Margetuximab approved with chemotherapy to treat metastatic, HER2-positive breast cancer after progression on other targeted therapies
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Approval based on phase III SOPHIA trial, but advocates question how much it adds to treatment
The Food and Drug Administration approved the HER2-targeted therapy margetuximab (Margenza) to be given with chemotherapy to treat metastatic, HER2-positive breast cancers after progression despite treatment with two or more other targeted therapies. The approval was announced in December 2020 by MacroGenics, the makers of margetuximab.
The approval was based on the phase III SOPHIA trial, which was presented at the 2019 ASCO Annual Meeting. The trial showed people given margetuximab and chemotherapy went longer without cancer growing compared to people given trastuzumab (Herceptin or biosimilar) and chemotherapy. But with a difference of less than 1 month between the margetuximab and trastuzumab groups and no significant effect yet seen on overall survival, people living with HER2-positive metastatic breast cancer have questioned if the medicine earned its FDA approval.
In the phase III SOPHIA trial, 536 people with metastatic, HER2-positive breast cancer were randomly assigned to one of two treatment groups:
- Margetuximab and chemotherapy
- Trastuzumab and chemotherapy
Everyone in the group had been treated with at least two lines of targeted therapy in the past, at least one of which had been for metastatic disease. All participants had previously been treated with trastuzumab, and all but one participant had been treated with pertuzumab (Perjeta). Over 90 percent of the participants in each group had also been treated with ado-trastuzumab emtansine (Kadcyla).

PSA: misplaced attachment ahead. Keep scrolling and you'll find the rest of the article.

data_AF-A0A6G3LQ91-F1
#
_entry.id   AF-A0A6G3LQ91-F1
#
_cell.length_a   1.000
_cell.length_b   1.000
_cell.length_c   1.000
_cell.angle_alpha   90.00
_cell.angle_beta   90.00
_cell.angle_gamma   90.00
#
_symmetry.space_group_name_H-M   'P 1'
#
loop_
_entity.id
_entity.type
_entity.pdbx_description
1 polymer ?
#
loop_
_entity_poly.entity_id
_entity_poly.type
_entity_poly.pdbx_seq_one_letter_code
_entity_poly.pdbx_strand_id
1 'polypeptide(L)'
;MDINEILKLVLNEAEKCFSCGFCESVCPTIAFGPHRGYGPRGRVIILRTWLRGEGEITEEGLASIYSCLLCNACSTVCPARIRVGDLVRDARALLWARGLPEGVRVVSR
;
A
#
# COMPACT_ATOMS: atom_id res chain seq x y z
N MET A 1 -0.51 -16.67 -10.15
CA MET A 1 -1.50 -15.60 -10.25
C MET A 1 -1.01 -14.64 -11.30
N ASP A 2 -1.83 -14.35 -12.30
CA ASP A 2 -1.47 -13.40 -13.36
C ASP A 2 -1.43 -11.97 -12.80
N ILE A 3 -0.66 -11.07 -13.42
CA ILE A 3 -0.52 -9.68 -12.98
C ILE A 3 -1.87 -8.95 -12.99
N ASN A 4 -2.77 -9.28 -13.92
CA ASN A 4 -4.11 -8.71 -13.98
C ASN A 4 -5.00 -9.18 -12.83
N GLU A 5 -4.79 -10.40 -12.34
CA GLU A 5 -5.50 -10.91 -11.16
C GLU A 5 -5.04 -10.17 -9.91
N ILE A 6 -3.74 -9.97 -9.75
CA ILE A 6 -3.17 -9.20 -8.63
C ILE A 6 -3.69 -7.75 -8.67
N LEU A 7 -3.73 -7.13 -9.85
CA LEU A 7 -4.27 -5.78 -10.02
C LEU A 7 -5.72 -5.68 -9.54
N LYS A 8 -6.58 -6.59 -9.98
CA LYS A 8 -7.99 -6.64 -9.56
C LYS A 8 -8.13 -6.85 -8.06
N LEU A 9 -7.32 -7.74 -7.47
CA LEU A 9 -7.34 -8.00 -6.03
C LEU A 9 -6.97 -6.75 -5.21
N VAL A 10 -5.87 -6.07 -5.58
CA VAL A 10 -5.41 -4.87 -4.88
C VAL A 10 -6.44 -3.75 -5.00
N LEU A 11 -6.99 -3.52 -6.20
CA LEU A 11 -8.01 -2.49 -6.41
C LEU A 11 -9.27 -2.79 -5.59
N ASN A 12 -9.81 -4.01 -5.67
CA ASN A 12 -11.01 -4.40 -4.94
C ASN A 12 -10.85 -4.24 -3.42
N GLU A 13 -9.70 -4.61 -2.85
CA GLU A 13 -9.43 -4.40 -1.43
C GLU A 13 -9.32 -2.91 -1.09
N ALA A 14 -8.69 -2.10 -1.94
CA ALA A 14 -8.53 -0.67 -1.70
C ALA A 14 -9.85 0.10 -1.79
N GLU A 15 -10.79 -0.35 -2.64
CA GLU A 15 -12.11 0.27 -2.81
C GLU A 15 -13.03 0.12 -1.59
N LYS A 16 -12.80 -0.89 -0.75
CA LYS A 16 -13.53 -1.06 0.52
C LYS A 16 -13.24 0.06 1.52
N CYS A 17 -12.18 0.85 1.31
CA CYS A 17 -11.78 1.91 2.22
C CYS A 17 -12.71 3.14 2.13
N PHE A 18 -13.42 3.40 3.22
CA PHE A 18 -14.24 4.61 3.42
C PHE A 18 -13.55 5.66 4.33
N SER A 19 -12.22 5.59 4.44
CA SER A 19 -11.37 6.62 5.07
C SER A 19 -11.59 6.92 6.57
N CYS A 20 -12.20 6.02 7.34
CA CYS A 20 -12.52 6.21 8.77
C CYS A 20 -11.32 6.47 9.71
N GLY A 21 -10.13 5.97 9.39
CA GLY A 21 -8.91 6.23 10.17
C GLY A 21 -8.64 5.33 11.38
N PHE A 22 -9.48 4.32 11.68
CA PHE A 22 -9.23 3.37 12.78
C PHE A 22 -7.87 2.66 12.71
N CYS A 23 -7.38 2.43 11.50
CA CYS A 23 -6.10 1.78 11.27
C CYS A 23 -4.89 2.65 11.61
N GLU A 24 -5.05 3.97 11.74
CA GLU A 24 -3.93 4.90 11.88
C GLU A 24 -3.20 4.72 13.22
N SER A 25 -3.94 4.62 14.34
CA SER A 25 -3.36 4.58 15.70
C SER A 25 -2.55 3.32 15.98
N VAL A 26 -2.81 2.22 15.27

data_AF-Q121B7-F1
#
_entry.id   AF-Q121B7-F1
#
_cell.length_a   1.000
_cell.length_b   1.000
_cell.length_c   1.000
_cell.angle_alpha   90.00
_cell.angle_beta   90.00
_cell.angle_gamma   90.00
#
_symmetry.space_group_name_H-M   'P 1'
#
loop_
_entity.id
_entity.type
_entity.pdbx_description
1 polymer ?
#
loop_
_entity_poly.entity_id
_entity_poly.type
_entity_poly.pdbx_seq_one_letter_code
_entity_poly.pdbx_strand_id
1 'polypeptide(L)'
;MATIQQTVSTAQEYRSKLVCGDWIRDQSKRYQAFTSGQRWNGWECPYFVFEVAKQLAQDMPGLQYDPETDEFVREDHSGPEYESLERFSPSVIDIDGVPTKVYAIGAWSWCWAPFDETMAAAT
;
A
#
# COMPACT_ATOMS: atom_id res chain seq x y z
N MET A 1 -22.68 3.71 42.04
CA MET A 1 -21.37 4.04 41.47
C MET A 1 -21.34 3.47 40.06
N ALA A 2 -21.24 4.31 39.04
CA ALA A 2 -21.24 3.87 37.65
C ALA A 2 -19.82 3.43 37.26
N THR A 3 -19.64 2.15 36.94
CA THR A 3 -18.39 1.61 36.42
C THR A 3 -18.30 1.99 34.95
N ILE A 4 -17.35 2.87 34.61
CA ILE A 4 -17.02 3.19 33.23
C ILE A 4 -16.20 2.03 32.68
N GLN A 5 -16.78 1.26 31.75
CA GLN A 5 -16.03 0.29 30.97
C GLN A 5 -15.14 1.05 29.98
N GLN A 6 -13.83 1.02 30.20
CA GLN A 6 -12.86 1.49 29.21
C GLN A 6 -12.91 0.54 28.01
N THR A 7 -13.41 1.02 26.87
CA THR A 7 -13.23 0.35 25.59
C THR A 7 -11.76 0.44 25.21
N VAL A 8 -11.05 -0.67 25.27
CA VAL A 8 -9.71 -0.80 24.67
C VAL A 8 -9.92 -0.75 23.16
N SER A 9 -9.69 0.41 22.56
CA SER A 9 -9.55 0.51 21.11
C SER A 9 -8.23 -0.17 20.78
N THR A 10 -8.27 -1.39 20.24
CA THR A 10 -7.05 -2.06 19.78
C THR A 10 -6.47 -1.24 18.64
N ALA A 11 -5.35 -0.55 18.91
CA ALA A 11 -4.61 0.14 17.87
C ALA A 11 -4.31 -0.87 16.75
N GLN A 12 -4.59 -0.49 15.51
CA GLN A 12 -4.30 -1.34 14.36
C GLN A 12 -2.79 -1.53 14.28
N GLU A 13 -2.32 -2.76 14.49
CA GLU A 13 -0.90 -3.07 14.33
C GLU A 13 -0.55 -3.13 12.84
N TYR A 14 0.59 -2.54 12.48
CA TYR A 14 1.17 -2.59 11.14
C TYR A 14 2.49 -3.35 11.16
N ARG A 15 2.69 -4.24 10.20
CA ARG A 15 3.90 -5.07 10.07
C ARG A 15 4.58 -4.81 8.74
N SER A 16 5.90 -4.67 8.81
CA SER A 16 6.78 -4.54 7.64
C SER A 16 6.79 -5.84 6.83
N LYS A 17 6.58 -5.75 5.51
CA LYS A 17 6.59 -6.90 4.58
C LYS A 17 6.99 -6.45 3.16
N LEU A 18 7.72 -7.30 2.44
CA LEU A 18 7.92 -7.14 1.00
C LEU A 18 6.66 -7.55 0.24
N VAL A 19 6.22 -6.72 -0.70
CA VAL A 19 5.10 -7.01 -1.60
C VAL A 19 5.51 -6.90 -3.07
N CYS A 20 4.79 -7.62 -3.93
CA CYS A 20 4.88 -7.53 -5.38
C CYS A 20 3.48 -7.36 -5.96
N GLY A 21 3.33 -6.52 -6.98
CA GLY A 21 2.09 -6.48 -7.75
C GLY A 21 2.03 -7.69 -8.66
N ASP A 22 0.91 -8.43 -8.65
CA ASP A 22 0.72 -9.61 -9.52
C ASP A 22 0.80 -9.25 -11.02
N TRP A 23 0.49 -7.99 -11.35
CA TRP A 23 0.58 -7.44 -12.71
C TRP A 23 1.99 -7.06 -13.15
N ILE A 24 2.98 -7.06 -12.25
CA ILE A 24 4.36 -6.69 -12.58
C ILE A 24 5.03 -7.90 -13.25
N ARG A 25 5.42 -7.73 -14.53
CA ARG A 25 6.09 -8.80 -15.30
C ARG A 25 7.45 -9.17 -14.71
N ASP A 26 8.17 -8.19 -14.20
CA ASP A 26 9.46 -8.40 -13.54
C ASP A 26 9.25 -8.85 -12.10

The main interests of the researchers are progression-free survival, how long people went without the cancer growing, and overall survival, how likely people were to die of any cause. The study found that the margetuximab group had longer progression-free survival than people in the trastuzumab group. People went without cancer growing for
- 5.8 months when given margetuximab and chemotherapy
- 4.9 months when given trastuzumab and chemotherapy
The difference was statistically significant, meaning it is very unlikely to be the result of chance. The study also found that margetuximab resulted in a higher objective response rate, meaning that more people had the cancer shrink while being given margetuximab compared to the group given trastuzumab. The objective response rates were
- 22.1 percent in the margetuximab group
- 16.0 percent in the trastuzumab group
At the time of the approval, researchers have not reported a statistically significant difference in overall survival.
The most common side effects of margetuximab were fatigue, nausea, neutropenia, and diarrhea. The rates at which people experienced side effects were mostly similar to the trastuzumab group, but people given margetuximab were more likely to have a reaction to the infusion, when the medicine is actually given:
- 12.9 percent of people given margetuximab had an infusion-related reaction.
- 3.8 percent of people given trastuzumab had an infusion-related reaction.
Researchers note that the reactions were mostly minor and are managed with medicine given before coming in for future infusions.
What this means for you
Margetuximab is the fourth medicine approved by the FDA in just over a year to treat metastatic, HER2-positive breast cancer after standard targeted therapy. Trastuzumab deruxtecan (Enhertu) was approved in this setting in December 2019. Tucatinib (Tukysa) and neratinib (Nerlynx) were approved as part of combination treatments in early 2020. Neratinib was approved to be given with the chemotherapy pill capecitabine (Xeloda), and tucatinib was approved to be given with both trastuzumab and capecitabine.
Patient advocates have expressed concern online with the FDA approval of margetuximab based on what is seen as an unusually slight improvement in progression-free survival: the margetuximab group went less than a month longer than the trastuzumab group without cancer growing, and the study has not yet found if margetuximab leads to longer overall survival.
Having these new options available for treatment, especially treatments that have proven to work after other medicines have stopped working, is good news. Future studies will look at margetuximab in different situations and in combination with other medicines to find if there are uses where it is more effective.